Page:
A top lawyer for the Trump Organization was involved in trying to enforce a secrecy agreement that adult film star Stormy Daniels signed in exchange for $130,000 before the 2016 election, new documents show.
Jill A. Martin, whose LinkedIn profile says she is assistant general counsel for the company, last month signed two legal papers linked to a temporary restraining order against the actress, whose legal name is Stephanie Clifford.
It's the latest link between the Trump organization and efforts to silence Clifford, who says in a lawsuit that she had an "intimate" relationship with Donald Trump a decade before he became president.
Trump denies her allegations, and White House spokeswoman Sarah Sanders said last week that as far as she knows, the president was not aware his personal attorney, Michael Cohen, paid off Clifford through a company called EC.
But Clifford's attorney, Michael Avenatti, said Martin's signature on the paperwork is another piece of evidence that Trump knew about the nondisclosure agreement, the payment and the more recent efforts to stop his client from talking.
"These documents effectively show that contrary to Mr. Cohen's representations, there is little to no difference between EC LLC and The Trump Organization/Donald Trump."
Two documents provided by Avenatti — and first reported by the Wall Street Journal - bear Martin's name: a Feb. 22 demand for private arbitration to determine if Clifford violated the agreement and a declaration that the agreement allowed a company registered to Cohen to obtain a gag order without notifying Clifford.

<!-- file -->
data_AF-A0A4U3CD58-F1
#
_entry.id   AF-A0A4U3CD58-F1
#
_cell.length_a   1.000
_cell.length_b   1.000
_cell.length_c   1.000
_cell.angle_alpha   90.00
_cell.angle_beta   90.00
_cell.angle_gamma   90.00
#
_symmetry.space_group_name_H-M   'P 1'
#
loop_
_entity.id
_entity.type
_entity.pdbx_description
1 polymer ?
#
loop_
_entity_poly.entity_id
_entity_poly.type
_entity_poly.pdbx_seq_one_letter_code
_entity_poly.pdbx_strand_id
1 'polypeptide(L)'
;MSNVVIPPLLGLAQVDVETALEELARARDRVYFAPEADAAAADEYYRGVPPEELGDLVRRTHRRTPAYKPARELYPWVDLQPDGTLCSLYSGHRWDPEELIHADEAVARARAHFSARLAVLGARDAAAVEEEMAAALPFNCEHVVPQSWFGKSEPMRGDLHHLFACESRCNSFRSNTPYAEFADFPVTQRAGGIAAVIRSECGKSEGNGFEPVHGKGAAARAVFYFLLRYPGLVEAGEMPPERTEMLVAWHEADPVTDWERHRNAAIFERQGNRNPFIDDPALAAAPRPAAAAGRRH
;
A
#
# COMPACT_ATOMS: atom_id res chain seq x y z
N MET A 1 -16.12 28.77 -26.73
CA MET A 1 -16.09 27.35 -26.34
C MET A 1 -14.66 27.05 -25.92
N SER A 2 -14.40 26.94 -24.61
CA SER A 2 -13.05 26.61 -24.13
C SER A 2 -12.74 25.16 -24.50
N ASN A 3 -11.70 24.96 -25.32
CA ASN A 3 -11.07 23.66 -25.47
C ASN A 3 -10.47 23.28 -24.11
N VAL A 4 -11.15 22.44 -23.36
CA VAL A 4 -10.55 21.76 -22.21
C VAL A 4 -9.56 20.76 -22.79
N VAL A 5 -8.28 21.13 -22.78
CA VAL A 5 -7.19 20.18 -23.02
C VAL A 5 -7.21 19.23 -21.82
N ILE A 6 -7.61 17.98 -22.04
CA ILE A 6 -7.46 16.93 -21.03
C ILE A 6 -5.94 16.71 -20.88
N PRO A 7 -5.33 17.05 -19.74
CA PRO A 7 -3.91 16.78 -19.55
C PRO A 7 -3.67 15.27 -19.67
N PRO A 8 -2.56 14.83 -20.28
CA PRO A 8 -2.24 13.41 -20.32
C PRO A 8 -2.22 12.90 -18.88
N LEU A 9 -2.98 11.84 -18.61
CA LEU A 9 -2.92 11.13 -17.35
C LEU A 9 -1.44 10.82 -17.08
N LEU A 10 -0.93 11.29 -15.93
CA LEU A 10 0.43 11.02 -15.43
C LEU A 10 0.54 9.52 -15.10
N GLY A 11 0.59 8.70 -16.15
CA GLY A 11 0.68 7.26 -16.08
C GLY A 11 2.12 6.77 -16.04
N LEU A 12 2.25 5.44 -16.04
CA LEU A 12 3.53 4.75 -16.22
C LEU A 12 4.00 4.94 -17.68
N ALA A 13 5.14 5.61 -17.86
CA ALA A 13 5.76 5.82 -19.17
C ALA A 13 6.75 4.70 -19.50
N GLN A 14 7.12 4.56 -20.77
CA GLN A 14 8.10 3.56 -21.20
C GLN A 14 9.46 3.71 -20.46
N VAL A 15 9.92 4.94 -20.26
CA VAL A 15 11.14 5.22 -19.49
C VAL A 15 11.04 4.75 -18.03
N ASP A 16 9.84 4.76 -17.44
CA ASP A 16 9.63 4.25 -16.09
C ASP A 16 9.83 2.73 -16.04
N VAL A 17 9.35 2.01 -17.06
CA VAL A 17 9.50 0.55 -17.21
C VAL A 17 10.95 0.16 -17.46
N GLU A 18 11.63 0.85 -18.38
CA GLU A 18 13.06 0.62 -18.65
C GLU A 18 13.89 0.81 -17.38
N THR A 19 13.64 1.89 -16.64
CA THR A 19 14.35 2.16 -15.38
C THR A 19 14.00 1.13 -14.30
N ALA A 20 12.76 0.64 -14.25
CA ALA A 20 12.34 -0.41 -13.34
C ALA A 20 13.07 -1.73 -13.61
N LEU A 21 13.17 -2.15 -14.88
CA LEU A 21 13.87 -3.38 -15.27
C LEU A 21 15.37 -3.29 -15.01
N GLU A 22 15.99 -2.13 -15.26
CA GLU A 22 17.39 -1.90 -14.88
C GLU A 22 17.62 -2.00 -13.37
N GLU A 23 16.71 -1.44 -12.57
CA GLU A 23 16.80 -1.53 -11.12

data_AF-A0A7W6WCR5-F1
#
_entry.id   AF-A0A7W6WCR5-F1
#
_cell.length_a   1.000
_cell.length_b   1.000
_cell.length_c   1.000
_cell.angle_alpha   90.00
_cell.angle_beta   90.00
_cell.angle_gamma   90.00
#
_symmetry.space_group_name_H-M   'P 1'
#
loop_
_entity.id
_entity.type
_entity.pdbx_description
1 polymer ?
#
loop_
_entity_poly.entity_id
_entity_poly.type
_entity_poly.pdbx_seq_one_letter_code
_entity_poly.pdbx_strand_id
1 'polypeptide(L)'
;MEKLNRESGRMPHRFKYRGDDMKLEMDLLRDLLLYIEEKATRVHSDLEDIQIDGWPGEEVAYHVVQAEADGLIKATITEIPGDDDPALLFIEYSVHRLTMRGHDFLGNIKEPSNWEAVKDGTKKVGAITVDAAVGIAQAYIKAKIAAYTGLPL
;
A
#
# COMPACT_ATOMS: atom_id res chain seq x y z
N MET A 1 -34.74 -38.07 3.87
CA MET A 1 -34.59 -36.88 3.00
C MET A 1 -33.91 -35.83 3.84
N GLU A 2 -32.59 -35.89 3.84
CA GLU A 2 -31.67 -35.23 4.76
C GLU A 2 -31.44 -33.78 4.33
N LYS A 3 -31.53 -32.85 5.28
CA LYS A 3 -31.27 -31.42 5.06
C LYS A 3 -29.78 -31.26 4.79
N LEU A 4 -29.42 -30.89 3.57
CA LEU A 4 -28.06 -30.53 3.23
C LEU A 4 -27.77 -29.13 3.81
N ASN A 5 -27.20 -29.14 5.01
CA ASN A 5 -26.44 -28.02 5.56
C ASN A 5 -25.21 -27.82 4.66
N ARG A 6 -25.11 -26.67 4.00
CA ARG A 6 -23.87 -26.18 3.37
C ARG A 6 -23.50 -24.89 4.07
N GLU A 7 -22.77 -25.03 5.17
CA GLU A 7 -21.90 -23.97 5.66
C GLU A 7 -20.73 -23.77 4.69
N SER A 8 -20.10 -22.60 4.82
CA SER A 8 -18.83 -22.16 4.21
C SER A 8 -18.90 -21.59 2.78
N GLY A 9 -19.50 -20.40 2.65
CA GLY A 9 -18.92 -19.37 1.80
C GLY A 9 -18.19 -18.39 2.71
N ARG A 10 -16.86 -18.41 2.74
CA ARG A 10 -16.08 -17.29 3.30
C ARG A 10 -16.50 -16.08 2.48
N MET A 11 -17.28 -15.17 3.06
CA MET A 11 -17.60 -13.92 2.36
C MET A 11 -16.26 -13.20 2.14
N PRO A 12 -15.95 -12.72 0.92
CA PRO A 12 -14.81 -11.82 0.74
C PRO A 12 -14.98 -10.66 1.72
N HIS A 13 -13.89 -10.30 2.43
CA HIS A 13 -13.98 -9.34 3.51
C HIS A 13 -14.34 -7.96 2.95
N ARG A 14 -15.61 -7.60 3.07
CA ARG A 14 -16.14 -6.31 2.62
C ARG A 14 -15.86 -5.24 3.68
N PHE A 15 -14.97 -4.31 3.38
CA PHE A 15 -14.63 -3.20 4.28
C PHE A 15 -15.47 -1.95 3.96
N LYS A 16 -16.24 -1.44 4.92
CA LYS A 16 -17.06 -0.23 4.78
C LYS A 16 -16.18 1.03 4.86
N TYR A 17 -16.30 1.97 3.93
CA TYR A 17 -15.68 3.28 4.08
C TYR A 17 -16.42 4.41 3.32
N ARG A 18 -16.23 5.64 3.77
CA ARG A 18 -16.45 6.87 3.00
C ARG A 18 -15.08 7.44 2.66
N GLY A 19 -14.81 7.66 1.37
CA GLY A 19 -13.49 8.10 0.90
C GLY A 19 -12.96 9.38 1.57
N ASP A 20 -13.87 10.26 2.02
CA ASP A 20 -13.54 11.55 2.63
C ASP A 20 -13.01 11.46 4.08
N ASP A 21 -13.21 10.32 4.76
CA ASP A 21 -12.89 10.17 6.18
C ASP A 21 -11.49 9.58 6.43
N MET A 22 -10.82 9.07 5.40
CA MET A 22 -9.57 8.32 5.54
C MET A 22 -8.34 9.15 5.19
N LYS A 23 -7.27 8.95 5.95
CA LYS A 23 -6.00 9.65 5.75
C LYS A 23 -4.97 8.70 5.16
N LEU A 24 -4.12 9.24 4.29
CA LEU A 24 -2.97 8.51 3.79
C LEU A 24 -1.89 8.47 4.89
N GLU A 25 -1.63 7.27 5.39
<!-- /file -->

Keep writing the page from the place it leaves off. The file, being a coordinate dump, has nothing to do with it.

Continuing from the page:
Martin, whose California bar listing includes her affiliation with the Trump Organization, did not immediately respond to a request for comment from NBC News but told the Wall Street Journal that she facilitated the filing "in her individual capacity" until a New York-based lawyer gained approval to practice in California. "The company has had no involvement in the matter," she said.
Cohen did not respond to a request for comment, and neither did the attorney representing him, Lawrence Rosen.
Earlier this month, Clifford filed suit against Trump, saying the agreement she signed was void because he had never signed it. The agreement, which was attached to the suit, uses pseudonyms. Clifford said the name Peggy Peterson was used by her, and Avenatti said David Dennison was the name used for Trump.
In a statement last month, Cohen said he used his "personal funds to facilitate a payment" to Clifford. "Neither the Trump Organization nor the Trump campaign was a party to the transaction with Ms. Clifford, and neither reimbursed me for the payment, either directly or indirectly."
As NBC News reported last week, Cohen used his Trump Organization email instead of his gmail account while arranging to transfer money into an account at a Manhattan bank before he wired the $130,000 to Clifford.
Clifford offered this week to return the $130,000 if the Trump camp would abandon its attempt to keep her quiet. The deadline for that offer passed on Tuesday with no comment from Cohen or the White House.
Sanders addressed the matter at a White House press briefing last Wednesday, saying that the president had denied the allegations and telling reporters, "I can share that the arbitration was won in the President's favor, and I would refer you to the President's outside counsel on any details beyond that."